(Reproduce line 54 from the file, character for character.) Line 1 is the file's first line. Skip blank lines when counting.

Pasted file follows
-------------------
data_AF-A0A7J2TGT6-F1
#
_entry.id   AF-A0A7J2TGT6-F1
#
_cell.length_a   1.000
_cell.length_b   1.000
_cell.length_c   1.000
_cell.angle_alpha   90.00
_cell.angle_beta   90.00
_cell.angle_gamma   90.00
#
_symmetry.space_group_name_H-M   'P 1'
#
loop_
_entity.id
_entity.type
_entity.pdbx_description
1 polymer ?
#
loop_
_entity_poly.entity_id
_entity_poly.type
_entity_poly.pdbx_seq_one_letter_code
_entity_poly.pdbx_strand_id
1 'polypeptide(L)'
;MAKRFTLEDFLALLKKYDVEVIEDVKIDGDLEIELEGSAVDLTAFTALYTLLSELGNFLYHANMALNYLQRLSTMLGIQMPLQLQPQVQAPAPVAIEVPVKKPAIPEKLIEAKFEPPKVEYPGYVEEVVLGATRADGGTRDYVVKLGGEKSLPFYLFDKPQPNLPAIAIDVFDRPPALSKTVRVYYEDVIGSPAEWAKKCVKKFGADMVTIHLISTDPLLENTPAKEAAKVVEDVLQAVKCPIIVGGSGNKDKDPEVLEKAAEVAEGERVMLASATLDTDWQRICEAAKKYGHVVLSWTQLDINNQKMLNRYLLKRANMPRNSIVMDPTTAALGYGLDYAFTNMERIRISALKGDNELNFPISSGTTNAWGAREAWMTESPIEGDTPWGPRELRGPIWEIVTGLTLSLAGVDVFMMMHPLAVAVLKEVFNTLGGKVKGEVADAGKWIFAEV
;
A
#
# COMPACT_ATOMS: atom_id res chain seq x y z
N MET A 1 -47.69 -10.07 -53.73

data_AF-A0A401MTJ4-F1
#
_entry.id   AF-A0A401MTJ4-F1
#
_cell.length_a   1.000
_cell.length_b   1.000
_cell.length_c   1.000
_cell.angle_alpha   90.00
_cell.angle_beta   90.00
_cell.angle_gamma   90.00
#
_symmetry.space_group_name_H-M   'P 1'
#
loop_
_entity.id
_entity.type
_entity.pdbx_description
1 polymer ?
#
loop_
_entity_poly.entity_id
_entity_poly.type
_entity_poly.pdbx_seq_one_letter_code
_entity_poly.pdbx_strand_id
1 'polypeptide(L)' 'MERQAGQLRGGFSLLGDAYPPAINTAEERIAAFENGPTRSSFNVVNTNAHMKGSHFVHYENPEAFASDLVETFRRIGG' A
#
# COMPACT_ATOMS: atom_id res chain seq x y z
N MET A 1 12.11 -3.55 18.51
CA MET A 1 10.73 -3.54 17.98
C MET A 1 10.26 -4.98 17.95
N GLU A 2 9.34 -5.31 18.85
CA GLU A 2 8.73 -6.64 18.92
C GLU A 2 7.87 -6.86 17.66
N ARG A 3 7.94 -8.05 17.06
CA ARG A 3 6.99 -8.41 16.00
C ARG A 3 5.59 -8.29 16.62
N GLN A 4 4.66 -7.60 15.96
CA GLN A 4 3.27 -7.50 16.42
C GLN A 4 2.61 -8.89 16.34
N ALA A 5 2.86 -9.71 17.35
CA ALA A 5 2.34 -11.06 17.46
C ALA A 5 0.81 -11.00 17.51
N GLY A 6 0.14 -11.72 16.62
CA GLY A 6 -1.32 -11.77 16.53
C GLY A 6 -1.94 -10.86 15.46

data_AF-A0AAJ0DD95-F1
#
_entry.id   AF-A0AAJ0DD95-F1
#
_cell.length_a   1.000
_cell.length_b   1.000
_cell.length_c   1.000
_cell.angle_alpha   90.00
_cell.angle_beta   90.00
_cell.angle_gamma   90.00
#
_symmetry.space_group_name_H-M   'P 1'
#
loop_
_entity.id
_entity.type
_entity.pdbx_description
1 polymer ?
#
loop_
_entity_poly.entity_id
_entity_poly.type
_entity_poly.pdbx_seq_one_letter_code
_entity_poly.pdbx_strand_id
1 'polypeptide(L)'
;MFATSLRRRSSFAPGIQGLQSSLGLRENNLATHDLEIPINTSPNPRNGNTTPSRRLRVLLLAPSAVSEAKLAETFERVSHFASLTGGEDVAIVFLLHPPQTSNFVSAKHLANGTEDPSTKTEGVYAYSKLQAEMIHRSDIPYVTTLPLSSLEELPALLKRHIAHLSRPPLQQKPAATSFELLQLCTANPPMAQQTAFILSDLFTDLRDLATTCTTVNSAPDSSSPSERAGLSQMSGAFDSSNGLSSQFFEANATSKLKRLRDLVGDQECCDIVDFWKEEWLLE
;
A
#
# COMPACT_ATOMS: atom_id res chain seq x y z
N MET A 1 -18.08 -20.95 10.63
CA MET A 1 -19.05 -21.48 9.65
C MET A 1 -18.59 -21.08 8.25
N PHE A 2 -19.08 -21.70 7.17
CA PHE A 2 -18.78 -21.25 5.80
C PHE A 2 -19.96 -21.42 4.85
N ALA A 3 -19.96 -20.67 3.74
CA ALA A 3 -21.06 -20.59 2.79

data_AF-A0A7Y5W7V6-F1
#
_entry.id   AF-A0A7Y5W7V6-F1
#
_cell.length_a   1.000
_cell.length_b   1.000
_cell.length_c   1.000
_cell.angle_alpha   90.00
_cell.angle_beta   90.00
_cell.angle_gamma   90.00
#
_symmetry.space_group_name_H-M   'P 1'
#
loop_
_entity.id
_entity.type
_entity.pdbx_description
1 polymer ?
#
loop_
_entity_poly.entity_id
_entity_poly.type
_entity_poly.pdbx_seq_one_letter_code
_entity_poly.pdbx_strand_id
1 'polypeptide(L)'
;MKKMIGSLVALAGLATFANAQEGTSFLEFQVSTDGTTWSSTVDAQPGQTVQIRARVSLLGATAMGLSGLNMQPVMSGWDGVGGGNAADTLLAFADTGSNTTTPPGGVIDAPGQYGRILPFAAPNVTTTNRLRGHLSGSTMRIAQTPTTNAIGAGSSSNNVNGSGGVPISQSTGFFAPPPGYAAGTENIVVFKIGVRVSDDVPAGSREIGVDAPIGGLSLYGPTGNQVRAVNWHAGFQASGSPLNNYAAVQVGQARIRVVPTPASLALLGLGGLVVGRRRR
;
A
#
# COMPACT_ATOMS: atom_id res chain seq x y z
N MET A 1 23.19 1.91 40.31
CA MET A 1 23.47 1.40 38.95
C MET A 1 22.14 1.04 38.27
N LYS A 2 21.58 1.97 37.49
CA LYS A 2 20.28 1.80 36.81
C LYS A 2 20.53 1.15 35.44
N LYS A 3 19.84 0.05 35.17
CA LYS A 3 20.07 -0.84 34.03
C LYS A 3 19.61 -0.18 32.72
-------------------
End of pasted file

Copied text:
_entity_poly.pdbx_seq_one_letter_code